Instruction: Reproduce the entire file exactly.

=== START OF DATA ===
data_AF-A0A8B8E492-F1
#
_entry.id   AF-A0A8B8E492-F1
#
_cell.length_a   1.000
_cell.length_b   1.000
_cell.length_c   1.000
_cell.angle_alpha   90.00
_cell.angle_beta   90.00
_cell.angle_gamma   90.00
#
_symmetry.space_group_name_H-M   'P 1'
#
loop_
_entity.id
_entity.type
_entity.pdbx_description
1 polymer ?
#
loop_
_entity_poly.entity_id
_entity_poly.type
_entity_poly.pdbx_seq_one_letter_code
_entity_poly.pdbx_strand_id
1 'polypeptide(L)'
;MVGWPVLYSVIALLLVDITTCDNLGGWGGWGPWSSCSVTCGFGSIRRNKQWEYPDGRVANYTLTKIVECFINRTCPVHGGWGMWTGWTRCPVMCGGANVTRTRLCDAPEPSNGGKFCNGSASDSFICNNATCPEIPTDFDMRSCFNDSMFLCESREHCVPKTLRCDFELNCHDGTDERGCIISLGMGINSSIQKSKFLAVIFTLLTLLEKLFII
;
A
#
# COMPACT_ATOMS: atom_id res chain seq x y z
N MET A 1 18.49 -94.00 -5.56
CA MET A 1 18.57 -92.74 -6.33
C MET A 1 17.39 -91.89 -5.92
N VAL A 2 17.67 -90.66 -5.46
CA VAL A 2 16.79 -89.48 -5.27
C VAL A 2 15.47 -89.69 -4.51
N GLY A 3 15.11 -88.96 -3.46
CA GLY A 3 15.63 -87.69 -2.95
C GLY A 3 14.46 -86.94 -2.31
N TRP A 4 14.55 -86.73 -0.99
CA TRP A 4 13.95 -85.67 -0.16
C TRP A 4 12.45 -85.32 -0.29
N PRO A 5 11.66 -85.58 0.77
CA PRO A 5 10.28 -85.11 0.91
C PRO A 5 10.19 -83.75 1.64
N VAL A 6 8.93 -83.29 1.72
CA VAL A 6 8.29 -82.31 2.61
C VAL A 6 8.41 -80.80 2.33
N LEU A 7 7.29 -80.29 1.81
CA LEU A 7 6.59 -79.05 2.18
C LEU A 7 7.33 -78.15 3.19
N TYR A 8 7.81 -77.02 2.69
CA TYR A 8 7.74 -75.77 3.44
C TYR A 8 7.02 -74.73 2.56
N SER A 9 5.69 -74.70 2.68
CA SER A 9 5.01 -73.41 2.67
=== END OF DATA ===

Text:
data_AF-A0A8B8E492-F1
#
_entry.id   AF-A0A8B8E492-F1
#
_cell.length_a   1.000
_cell.length_b   1.000
_cell.length_c   1.000
_cell.angle_alpha   90.00
_cell.angle_beta   90.00
_cell.angle_gamma   90.00
#
_symmetry.space_group_name_H-M   'P 1'
#
loop_
_entity.id
_entity.type
_entity.pdbx_description
1 polymer ?
#
loop_
_entity_poly.entity_id
_entity_poly.type
_entity_poly.pdbx_seq_one_letter_code
_entity_poly.pdbx_strand_id
1 'polypeptide(L)'
;MVGWPVLYSVIALLLVDITTCDNLGGWGGWGPWSSCSVTCGFGSIRRNKQWEYPDGRVANYTLTKIVECFINRTCPVHGGWGMWTGWTRCPVMCGGANVTRTRLCDAPEPSNGGKFCNGSASDSFICNNATCPEIPTDFDMRSCFNDSMFLCESREHCVPKTLRCDFELNCHDGTDERGCIISLGMGINSSIQKSKFLAVIFTLLTLLEKLFII
;
A
#
# COMPACT_ATOMS: atom_id res chain seq x y z
N MET A 1 18.49 -94.00 -5.56
CA MET A 1 18.57 -92.74 -6.33
C MET A 1 17.39 -91.89 -5.92
N VAL A 2 17.67 -90.66 -5.46
CA VAL A 2 16.79 -89.48 -5.27
C VAL A 2 15.47 -89.69 -4.51
N GLY A 3 15.11 -88.96 -3.46
CA GLY A 3 15.63 -87.69 -2.95
C GLY A 3 14.46 -86.94 -2.31
N TRP A 4 14.55 -86.73 -0.99
CA TRP A 4 13.95 -85.67 -0.16
C TRP A 4 12.45 -85.32 -0.29
N PRO A 5 11.66 -85.58 0.77
CA PRO A 5 10.28 -85.11 0.91
C PRO A 5 10.19 -83.75 1.64
N VAL A 6 8.93 -83.29 1.72
CA VAL A 6 8.29 -82.31 2.61
C VAL A 6 8.41 -80.80 2.33
N LEU A 7 7.29 -80.29 1.81
CA LEU A 7 6.59 -79.05 2.18
C LEU A 7 7.33 -78.15 3.19
N TYR A 8 7.81 -77.02 2.69
CA TYR A 8 7.74 -75.77 3.44
C TYR A 8 7.02 -74.73 2.56
N SER A 9 5.69 -74.70 2.68
CA SER A 9 5.01 -73.41 2.67